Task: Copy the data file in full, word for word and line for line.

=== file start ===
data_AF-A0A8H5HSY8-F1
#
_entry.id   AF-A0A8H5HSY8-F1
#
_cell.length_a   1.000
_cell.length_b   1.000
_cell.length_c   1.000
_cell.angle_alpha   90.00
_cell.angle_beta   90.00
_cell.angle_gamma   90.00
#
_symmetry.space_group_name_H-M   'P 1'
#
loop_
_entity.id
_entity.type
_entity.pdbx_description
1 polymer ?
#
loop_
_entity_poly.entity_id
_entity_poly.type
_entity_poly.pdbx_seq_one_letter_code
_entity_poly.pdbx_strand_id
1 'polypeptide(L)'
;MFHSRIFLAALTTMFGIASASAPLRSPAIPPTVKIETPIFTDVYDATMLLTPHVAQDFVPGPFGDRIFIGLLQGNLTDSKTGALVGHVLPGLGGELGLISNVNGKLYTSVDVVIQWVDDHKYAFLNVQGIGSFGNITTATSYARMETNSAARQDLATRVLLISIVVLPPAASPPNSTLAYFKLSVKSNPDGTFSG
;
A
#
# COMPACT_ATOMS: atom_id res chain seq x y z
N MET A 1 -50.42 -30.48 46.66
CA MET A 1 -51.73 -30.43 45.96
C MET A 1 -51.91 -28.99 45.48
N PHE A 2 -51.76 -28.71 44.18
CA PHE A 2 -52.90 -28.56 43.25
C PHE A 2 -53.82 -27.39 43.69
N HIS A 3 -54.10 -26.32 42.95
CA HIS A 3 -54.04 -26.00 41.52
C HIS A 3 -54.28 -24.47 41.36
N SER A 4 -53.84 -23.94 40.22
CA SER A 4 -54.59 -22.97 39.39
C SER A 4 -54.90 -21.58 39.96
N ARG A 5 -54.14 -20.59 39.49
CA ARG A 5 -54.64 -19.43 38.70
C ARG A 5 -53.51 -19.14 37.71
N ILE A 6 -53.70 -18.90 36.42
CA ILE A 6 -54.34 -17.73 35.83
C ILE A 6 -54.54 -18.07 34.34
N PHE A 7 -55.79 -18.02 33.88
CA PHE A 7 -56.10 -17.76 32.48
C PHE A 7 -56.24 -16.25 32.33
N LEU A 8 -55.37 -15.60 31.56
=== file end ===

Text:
data_AF-A0A8H5HSY8-F1
#
_entry.id   AF-A0A8H5HSY8-F1
#
_cell.length_a   1.000
_cell.length_b   1.000
_cell.length_c   1.000
_cell.angle_alpha   90.00
_cell.angle_beta   90.00
_cell.angle_gamma   90.00
#
_symmetry.space_group_name_H-M   'P 1'
#
loop_
_entity.id
_entity.type
_entity.pdbx_description
1 polymer ?
#
loop_
_entity_poly.entity_id
_entity_poly.type
_entity_poly.pdbx_seq_one_letter_code
_entity_poly.pdbx_strand_id
1 'polypeptide(L)'
;MFHSRIFLAALTTMFGIASASAPLRSPAIPPTVKIETPIFTDVYDATMLLTPHVAQDFVPGPFGDRIFIGLLQGNLTDSKTGALVGHVLPGLGGELGLISNVNGKLYTSVDVVIQWVDDHKYAFLNVQGIGSFGNITTATSYARMETNSAARQDLATRVLLISIVVLPPAASPPNSTLAYFKLSVKSNPDGTFSG
;
A
#
# COMPACT_ATOMS: atom_id res chain seq x y z
N MET A 1 -50.42 -30.48 46.66
CA MET A 1 -51.73 -30.43 45.96
C MET A 1 -51.91 -28.99 45.48
N PHE A 2 -51.76 -28.71 44.18
CA PHE A 2 -52.90 -28.56 43.25
C PHE A 2 -53.82 -27.39 43.69
N HIS A 3 -54.10 -26.32 42.95
CA HIS A 3 -54.04 -26.00 41.52
C HIS A 3 -54.28 -24.47 41.36
N SER A 4 -53.84 -23.94 40.22
CA SER A 4 -54.59 -22.97 39.39
C SER A 4 -54.90 -21.58 39.96
N ARG A 5 -54.14 -20.59 39.49
CA ARG A 5 -54.64 -19.43 38.70
C ARG A 5 -53.51 -19.14 37.71
N ILE A 6 -53.70 -18.90 36.42
CA ILE A 6 -54.34 -17.73 35.83
C ILE A 6 -54.54 -18.07 34.34
N PHE A 7 -55.79 -18.02 33.88
CA PHE A 7 -56.10 -17.76 32.48
C PHE A 7 -56.24 -16.25 32.33
N LEU A 8 -55.37 -15.60 31.56